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Local News

  • Restoring faith in the community

    If you know how stressful constructing a home from scratch can be, just imagine the headache of refurbishing a century-old building into a home.

    But despite the hassle involved, that was Ben and Melinda Hardin’s intention when they purchased property at 514, 518 and 524 Main Street in downtown Shelbyville in 2011.

    And four years later, as their vision is becoming a reality, the couple hopes others can find inspiration in their efforts.

  • Former parks employee arrested for theft

    A former Shelbyville/Shelby County Parks and Recreation employee has been indicted for theft from the Family Activity Center.

    Heather Beth Simmons of Pleasureville who previously served as the Youth Services Director for the park system has been charged with Theft By Unlawful Taking for embezzling more than $10,000 but less than $1 million, a Class C felony.

    A more specific amount has not been released.

    The alleged thefts span a five-year period, occurring between November 2010 and January 2015, according to the indictment.

  • Creating a plan of action

    Could you imagine a scenario where hundreds, maybe even thousands, of people come down with the flu, or even worse, come into contract with anthrax in your community?

    How could all those people be cared for without infecting the healthy portion of the population?

    Maybe you’ve never envisioned such a situation, but the health department has – that’s why 200 people of all areas of public health gathered Thursday at Shelby Christian Church to take part in a mock scenario of just that type.

  • Better check your child’s booster seat

      Several new laws will go into effect statewide today marking 90 days since the General Assembly adjourned on March 25.

    One of the most notable is House Bill 315, Which requires booster seats to be used in motor vehicles by children who are under 8-years-old or are 57 inches in height.

  • District staffing changes match strategic plan

    While students are enjoying summer break, Shelby County Public Schools is doing a little spring-cleaning.

    And when SCPS high school students return to school this fall, it seems they all will be greeted by a new principal, as Collins Principal John Leeper has made his decision to transition to district administration and SCHS Principal Eddie Oakley announced his retirement, or so it seemed, earlier this year.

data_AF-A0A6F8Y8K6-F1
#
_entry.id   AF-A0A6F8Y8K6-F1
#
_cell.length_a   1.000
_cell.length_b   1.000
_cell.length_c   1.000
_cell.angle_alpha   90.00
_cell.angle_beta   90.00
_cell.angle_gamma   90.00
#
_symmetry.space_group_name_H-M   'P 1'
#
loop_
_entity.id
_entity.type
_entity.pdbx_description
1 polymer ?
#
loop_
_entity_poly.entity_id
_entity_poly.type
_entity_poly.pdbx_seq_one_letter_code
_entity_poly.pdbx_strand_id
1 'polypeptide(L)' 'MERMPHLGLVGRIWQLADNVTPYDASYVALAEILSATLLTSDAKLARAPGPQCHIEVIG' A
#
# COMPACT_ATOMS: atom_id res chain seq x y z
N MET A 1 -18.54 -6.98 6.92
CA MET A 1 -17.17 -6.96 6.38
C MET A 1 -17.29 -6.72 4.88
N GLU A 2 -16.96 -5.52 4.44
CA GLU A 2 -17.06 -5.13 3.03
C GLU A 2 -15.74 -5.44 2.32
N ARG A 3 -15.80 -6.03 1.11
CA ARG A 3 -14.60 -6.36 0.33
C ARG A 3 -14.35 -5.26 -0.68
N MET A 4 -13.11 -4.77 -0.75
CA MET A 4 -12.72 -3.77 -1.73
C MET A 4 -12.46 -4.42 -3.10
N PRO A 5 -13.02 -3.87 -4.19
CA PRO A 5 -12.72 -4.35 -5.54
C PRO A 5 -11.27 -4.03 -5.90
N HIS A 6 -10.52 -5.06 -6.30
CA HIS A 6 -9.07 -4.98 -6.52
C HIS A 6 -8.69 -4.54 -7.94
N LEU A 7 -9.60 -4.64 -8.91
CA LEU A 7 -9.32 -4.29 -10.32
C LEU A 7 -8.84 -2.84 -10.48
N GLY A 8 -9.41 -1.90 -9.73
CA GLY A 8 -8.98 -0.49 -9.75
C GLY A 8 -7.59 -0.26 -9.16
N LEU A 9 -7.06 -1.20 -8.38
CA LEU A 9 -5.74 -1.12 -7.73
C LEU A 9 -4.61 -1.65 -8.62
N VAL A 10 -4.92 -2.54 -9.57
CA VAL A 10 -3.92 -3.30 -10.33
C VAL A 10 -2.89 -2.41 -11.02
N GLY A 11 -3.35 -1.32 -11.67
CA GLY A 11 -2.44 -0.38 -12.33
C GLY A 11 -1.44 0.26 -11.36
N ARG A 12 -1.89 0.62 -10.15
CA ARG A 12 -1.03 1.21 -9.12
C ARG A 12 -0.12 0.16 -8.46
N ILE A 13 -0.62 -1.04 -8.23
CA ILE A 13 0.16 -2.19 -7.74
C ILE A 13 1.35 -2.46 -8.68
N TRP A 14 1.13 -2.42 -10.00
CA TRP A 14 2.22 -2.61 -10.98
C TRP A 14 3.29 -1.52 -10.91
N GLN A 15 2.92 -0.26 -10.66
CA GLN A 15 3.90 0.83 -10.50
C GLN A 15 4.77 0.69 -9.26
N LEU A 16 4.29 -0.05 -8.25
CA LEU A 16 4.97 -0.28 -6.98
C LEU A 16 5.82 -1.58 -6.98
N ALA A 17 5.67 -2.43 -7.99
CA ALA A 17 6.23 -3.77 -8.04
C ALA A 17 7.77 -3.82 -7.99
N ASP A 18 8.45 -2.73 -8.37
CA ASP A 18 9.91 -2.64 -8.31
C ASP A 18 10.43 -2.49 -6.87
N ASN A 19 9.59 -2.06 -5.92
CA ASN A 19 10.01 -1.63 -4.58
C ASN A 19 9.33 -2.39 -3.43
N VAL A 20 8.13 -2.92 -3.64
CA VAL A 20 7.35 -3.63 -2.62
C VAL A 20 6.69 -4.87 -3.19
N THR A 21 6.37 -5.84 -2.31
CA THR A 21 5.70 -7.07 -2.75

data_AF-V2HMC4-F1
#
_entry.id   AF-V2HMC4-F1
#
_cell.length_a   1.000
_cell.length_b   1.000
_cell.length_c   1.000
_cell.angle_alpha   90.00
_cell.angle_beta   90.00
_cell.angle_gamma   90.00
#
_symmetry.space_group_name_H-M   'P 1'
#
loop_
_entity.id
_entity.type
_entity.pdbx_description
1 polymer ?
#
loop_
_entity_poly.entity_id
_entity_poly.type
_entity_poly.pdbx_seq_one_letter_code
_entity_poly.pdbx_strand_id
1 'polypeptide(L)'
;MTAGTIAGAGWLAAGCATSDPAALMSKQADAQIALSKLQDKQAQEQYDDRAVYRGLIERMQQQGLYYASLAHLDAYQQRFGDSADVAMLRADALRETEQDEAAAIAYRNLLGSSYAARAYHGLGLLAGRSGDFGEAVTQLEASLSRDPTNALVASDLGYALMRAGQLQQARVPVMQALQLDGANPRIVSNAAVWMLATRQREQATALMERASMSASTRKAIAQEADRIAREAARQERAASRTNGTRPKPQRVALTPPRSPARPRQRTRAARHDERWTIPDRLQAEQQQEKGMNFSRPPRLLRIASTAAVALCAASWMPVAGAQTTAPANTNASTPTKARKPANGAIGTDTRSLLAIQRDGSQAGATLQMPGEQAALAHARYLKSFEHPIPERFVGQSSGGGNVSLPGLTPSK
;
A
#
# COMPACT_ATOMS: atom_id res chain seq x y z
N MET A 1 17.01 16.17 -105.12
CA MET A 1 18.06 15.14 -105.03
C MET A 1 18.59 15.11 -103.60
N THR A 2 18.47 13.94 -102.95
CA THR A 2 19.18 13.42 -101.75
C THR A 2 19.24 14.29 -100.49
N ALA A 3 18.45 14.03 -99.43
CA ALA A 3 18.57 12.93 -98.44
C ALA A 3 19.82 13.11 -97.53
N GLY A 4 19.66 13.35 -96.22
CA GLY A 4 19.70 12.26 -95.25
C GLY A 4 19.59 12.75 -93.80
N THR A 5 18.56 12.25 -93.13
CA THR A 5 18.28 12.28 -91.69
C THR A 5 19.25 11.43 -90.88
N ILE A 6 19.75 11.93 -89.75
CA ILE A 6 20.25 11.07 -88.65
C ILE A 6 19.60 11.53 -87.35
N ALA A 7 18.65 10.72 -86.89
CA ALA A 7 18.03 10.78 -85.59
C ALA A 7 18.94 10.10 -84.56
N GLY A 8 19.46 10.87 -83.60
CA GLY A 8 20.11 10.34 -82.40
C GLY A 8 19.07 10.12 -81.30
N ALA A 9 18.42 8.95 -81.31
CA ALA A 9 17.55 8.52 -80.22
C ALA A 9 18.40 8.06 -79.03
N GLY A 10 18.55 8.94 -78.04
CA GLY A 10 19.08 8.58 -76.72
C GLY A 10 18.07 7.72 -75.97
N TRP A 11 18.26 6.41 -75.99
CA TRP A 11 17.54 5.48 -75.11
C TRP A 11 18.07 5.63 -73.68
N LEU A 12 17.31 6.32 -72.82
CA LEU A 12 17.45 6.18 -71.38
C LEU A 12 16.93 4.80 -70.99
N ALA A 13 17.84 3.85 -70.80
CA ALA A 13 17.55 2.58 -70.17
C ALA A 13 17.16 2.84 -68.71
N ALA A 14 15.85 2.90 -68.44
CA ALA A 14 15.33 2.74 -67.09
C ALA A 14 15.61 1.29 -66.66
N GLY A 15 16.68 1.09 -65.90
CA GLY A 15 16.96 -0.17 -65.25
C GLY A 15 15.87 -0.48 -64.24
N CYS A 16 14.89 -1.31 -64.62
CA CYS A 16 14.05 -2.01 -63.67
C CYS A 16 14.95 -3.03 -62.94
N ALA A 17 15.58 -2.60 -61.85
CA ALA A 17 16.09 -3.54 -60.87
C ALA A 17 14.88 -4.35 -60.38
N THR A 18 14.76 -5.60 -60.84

• Swifty’s swift closure leaves a hole in service

    Pumping our own gas may seem like a minor inconvenience for us in times of inclement weather, but for individuals like Glen Franklin pumping gas unassisted can be a major hassle.

    That is because Franklin, like several others in Shelby County, is confined to a wheel chair, and despite an Americans with Disabilities Act (ADA) that requires “gas stations to provide equal access for their customers with disabilities,” Franklin said the assistance is rarely offered.

  • SHELBY COUNTY SCHOOL BOARD – Board discuss school supply lists

    Student costs and fees will again be a big part of the Board of Education’s discussion when it reconvenes Thursday at 7 p.m. for its regular meeting at the district’s offices, 1155 Main Street in Shelbyville.

    SCPS Public Relations Coordinator Ryan Allan said the matter of school supplies will be raised during the superintendent’s report and he expects the board to discuss the issue and possibly take action on resolving some concerns with them.

  • SHELBYVILLE CITY COUNCIL: Sidewalk plan back on City’s summer agenda

     The city of Shelbyville has restarted its sidewalk improvement plan, and this time they have focused it on a smaller area to help with enforcement.

    In her report to the council during Tuesday’s special called meeting, City Engineer and Public Works Director Jennifer Herrell informed council members that the public works department had sent letters to residents of Henry Clay Street notifying them that they must make improvements to the sidewalks in front of their houses.

  • Human Rights Commission seats remain empty

    When several members stepped down from the Shelby County Human Rights Commission earlier this year, a void was left that four months later has yet to be completely filled.

    But city and county officials agree the issue with replenishing the commission rests in the hands of the community, and they don’t seem overly optimistic that the spots will be filled anytime soon.

  • Heavy drinking on the rise in Shelby County

    Compared to the rest of the nation, Kentucky has far fewer consumers of alcohol, but research shows the commonwealth is trying to play catch-up.

    And Shelby County isn’t far behind.

    In fact, a study by the Institute on Health Metrics and Evaluation revealed that Kentucky by far had the largest increase in the percentage of individuals consuming alcohol from 2005 to 2012 and women are responsible for the majority of that growth.

    Locally, the numbers fare better than the state, but still show significant growth compared to the nation.